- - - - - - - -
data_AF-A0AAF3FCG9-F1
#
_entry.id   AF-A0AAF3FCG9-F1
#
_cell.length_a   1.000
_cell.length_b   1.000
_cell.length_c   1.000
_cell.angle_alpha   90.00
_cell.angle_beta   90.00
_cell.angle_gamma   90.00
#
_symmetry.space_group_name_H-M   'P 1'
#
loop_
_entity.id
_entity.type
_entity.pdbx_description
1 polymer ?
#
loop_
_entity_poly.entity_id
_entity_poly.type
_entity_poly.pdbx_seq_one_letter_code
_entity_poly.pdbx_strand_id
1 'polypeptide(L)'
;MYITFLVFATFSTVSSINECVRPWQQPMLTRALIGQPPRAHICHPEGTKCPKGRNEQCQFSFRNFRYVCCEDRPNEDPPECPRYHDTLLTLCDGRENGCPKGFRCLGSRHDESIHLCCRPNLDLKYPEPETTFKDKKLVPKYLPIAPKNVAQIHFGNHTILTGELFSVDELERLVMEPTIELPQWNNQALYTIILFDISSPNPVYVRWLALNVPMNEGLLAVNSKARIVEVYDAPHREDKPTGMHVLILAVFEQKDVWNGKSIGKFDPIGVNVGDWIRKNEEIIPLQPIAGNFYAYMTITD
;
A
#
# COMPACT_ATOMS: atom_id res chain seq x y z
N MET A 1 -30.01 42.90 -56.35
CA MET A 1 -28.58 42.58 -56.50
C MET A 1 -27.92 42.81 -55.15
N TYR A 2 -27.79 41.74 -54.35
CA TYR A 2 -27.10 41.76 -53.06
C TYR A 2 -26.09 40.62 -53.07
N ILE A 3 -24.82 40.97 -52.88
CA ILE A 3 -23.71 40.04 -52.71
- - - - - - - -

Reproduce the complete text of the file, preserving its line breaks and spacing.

data_AF-A0AAF3FCG9-F1
#
_entry.id   AF-A0AAF3FCG9-F1
#
_cell.length_a   1.000
_cell.length_b   1.000
_cell.length_c   1.000
_cell.angle_alpha   90.00
_cell.angle_beta   90.00
_cell.angle_gamma   90.00
#
_symmetry.space_group_name_H-M   'P 1'
#
loop_
_entity.id
_entity.type
_entity.pdbx_description
1 polymer ?
#
loop_
_entity_poly.entity_id
_entity_poly.type
_entity_poly.pdbx_seq_one_letter_code
_entity_poly.pdbx_strand_id
1 'polypeptide(L)'
;MYITFLVFATFSTVSSINECVRPWQQPMLTRALIGQPPRAHICHPEGTKCPKGRNEQCQFSFRNFRYVCCEDRPNEDPPECPRYHDTLLTLCDGRENGCPKGFRCLGSRHDESIHLCCRPNLDLKYPEPETTFKDKKLVPKYLPIAPKNVAQIHFGNHTILTGELFSVDELERLVMEPTIELPQWNNQALYTIILFDISSPNPVYVRWLALNVPMNEGLLAVNSKARIVEVYDAPHREDKPTGMHVLILAVFEQKDVWNGKSIGKFDPIGVNVGDWIRKNEEIIPLQPIAGNFYAYMTITD
;
A
#
# COMPACT_ATOMS: atom_id res chain seq x y z
N MET A 1 -30.01 42.90 -56.35
CA MET A 1 -28.58 42.58 -56.50
C MET A 1 -27.92 42.81 -55.15
N TYR A 2 -27.79 41.74 -54.35
CA TYR A 2 -27.10 41.76 -53.06
C TYR A 2 -26.09 40.62 -53.07
N ILE A 3 -24.82 40.97 -52.88
CA ILE A 3 -23.71 40.04 -52.71